In addition to the great houses of the politicians, three others deserve a special mention:
Wimbledon Lodge built by Gerard de Visme, a wealthy Heugenot wine merchant, in 1792 was constructed in the then popular "Greek revival" style. The garden front had an elaborate balcony supported by caryatids. The house stood at the end of the present Murray Road whose semi-circular junction with Southside follows the line of the original entrance drive.

Gothic Lodge was built in 1760 in the "Gothick" style made popular by Horace Walpole at his home in Strawberry Hill, near Twickenham. It uses medieval architectural details including ogee arches to windows and a pointed arch over the door. In 1820 the house was leased by Capt. Frederick Marryat R.N. as a home for his wife and family whilst he was away at see. A prolific writer, his best known novels are probably "Mr. Midshipman Easy" and "Children of the New Forest".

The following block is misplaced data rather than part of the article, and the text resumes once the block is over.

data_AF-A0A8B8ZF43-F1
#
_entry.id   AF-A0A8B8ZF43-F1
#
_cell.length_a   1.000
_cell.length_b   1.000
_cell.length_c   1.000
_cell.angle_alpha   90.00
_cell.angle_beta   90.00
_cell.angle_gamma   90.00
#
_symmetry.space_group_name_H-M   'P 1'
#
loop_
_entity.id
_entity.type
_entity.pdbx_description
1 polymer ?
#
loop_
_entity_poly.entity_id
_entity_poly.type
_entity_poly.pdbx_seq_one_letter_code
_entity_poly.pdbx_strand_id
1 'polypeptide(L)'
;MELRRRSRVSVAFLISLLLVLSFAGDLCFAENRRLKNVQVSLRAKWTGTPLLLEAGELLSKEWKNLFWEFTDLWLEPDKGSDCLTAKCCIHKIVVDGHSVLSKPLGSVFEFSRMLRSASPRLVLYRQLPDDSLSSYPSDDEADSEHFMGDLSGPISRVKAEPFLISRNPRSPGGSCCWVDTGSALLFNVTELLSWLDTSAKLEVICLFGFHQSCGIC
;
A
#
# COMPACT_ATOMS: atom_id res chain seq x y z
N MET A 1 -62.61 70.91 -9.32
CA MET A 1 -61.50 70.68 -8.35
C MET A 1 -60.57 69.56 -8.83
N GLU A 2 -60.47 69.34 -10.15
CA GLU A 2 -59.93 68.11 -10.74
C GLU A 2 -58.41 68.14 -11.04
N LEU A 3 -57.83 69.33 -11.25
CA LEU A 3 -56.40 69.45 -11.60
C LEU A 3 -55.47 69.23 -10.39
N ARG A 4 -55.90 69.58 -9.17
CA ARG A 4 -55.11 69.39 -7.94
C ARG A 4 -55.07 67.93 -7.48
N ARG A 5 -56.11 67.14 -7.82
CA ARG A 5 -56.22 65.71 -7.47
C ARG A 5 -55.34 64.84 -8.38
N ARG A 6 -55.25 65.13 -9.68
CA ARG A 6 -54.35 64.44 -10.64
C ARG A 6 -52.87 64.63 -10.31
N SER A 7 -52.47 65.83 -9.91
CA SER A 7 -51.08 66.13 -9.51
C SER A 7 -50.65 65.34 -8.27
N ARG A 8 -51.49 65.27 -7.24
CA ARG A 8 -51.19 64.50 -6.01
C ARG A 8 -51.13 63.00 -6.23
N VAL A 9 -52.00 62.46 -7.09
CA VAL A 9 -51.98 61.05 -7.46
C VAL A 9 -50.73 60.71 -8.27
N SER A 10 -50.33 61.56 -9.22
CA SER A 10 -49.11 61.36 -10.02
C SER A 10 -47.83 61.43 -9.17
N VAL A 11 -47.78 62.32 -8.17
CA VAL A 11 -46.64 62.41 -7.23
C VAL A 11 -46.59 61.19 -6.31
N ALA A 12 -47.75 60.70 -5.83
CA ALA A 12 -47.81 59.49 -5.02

The Keir was a large house on Westside built in 1789 for the Aguller family who were traders in Jamaica. By 1812 the house was occupied by the McEvoys, also from the West Indies. They were Roman Catholics and in the 1830s built a chapel  and a small cottage for their private chaplain. The cottage still stands in Cannizaro Park. In the 1850’s the house was used as a school but by 1875 it was again a private house, now owned by Richardson Evans, the founder of the John Evelyn Club and thereby our museum!